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Journal of Nanotechnology
Volume 2016, Article ID 1538602, 10 pages
http://dx.doi.org/10.1155/2016/1538602
Research Article

Synthesis and Characterization of Carbon Nanofibers Grown on Powdered Activated Carbon

1Department of Civil Engineering, Faculty of Architecture and Built Environment, Limkokwing University of Creative Technology, 63000 Cyberjaya, Malaysia
2Nanoscience and Nanotechnology Research Group (NANORG), Faculty of Engineering, International Islamic University Malaysia (IIUM), Jalan Gombak, 53100 Kuala Lumpur, Malaysia
3School of Chemical and Metallurgical Engineering, University of the Witwatersrand, 1 Jan Smuts Avenue, Braamfontein 2000, Johannesburg, South Africa
4Nanotechnology and Catalysts Research Center (NANOCAT), Department of Chemical Engineering, Faculty of Engineering, University of Malaya, 50603 Kuala Lumpur, Malaysia

Received 7 June 2016; Accepted 30 October 2016

Academic Editor: Enkeleda Dervishi

Copyright © 2016 Yehya M. Ahmed et al. This is an open access article distributed under the Creative Commons Attribution License, which permits unrestricted use, distribution, and reproduction in any medium, provided the original work is properly cited.

Abstract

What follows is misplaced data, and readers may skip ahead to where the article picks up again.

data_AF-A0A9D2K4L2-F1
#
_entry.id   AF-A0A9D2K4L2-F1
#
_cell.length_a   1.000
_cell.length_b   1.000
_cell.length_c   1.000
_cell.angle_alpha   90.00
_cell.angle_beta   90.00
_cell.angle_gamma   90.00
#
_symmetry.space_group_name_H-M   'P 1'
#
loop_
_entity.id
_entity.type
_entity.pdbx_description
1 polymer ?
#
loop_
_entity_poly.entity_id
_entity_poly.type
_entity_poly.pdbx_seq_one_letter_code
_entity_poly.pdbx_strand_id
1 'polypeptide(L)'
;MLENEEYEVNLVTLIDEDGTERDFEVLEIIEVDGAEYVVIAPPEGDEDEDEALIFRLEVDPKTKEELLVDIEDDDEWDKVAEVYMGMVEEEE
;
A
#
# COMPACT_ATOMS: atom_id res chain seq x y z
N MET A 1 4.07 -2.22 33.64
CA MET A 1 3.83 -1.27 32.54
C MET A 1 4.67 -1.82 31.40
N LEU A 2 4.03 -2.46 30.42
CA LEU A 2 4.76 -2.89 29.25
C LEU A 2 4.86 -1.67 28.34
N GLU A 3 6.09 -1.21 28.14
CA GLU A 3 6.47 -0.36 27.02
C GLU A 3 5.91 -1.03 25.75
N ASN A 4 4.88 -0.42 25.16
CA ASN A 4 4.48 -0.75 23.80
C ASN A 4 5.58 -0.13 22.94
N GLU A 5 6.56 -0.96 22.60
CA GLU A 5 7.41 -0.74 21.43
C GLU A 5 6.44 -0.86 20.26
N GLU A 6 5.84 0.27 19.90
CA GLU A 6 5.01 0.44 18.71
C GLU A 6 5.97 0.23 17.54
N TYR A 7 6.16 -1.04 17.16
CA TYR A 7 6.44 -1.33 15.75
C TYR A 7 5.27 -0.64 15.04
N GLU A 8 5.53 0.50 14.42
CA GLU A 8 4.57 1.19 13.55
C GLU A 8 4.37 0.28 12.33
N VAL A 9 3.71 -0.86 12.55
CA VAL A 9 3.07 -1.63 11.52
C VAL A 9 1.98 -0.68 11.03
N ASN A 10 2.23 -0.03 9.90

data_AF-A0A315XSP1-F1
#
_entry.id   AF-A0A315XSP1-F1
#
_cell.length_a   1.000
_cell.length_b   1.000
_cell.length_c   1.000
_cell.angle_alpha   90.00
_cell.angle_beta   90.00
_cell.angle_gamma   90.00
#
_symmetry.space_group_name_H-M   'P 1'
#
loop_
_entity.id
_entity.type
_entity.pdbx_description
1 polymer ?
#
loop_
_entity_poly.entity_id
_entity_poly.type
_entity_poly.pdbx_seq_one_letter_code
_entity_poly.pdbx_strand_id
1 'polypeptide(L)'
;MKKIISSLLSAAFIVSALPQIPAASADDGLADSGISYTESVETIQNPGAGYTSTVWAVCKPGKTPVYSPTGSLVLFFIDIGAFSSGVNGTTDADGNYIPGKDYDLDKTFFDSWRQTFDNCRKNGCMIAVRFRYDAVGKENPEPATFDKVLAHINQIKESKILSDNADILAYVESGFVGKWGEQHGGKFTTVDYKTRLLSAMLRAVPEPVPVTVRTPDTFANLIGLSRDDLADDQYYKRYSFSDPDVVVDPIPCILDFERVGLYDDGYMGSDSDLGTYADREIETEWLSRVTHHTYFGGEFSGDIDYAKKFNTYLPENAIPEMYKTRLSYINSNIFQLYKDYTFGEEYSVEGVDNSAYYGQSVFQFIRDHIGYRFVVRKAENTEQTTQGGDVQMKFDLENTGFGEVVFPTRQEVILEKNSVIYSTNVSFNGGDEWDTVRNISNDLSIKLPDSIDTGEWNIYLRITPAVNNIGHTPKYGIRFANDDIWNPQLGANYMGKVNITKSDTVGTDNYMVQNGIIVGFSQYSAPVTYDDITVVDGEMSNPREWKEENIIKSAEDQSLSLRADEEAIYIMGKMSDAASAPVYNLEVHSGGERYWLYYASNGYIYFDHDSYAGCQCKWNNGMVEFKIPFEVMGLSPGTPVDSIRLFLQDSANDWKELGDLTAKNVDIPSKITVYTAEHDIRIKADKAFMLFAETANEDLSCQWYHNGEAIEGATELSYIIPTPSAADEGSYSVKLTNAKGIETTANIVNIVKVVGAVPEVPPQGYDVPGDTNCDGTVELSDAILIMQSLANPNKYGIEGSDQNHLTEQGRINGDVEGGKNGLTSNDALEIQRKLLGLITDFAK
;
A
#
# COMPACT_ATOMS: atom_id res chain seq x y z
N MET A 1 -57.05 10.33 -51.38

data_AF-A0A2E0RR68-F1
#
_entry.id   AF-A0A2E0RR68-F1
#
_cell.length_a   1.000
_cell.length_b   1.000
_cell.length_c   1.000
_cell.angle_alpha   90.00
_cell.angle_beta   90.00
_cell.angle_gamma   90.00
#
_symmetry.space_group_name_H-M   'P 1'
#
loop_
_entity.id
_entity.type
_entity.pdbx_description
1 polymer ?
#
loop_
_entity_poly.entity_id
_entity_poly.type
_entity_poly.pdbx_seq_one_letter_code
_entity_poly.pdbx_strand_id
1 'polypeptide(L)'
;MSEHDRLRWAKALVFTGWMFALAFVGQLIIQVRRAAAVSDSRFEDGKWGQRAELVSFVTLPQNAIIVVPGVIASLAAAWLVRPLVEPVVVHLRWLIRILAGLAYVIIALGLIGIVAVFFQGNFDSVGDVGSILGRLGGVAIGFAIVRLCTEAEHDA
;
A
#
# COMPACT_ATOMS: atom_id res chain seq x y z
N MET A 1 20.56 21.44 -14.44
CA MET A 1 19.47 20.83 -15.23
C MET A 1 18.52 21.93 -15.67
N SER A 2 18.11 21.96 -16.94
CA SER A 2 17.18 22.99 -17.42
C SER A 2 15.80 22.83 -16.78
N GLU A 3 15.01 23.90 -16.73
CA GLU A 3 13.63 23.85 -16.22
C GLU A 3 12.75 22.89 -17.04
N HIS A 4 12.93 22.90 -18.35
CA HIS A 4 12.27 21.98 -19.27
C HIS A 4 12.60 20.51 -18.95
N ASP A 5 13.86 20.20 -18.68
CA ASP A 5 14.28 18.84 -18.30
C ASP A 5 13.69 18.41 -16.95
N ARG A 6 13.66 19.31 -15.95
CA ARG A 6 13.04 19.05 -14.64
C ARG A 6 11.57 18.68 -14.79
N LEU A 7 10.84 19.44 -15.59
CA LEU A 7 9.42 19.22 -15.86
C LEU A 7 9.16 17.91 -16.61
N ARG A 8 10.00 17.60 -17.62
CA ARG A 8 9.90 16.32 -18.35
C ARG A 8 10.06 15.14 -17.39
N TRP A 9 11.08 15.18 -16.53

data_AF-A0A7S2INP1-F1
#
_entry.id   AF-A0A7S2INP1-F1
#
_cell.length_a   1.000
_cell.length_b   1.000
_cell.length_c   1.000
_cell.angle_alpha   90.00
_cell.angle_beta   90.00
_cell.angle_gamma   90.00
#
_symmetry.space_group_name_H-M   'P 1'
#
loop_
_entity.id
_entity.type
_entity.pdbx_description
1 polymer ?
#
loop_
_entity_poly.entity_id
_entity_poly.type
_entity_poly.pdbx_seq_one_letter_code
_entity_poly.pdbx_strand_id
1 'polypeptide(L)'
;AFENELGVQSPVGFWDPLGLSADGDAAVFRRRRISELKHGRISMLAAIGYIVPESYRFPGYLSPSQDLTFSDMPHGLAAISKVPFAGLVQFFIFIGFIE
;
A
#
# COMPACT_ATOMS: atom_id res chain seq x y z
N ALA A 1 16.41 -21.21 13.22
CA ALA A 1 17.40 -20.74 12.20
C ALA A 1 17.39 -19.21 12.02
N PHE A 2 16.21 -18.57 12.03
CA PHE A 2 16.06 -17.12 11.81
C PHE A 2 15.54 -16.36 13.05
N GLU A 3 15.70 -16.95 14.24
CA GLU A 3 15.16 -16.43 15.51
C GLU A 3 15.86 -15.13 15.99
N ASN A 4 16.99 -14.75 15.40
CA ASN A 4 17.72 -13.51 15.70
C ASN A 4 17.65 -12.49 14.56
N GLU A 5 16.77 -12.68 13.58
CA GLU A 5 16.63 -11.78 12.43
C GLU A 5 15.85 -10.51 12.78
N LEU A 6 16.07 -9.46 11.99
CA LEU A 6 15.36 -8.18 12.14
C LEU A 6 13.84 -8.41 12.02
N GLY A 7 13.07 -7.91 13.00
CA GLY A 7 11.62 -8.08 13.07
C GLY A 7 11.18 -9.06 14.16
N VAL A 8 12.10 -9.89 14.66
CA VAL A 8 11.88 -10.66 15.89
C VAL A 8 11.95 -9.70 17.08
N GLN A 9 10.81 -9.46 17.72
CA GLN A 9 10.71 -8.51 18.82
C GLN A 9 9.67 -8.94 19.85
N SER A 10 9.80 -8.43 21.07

Carbon nanofibers (CNFs) were synthesized through nickel ion (Ni2+) impregnation of powdered activated carbon (PAC). Chemical Vapor Deposition (CVD) using acetylene gas, in the presence of hydrogen gas, was employed for the synthesis process. Various percentages (1, 3, 5, and 7 wt. %) of Ni2+ catalysts were used in the impregnation of Ni2+ into PAC. Field Emission Scanning Electron Microscope (FESEM), Fourier Transform Infrared (FTIR) Spectroscopy, Energy Dispersive X-Ray Analyzer (EDX), Transmission Electron Microscopy (TEM), Thermal Gravimetric Analysis (TGA), zeta potential, and Brunauer, Emmett, and Teller (BET) were utilized for the characterization of the novel composite, which possessed micro and nanodimensions. FESEM and TEM images revealed that the carbonaceous structure of the nanomaterials was fibrous instead of tubular with average width varying from 100 to 200 nanometers. The PAC surface area increased from 101 m2/g to 837 m2/g after the growth of CNF. TGA combustion temperature range was within 400°C and 570°C, while the average zeta potential of the nanocomposite materials was −24.9 mV, indicating its moderate dispersive nature in water.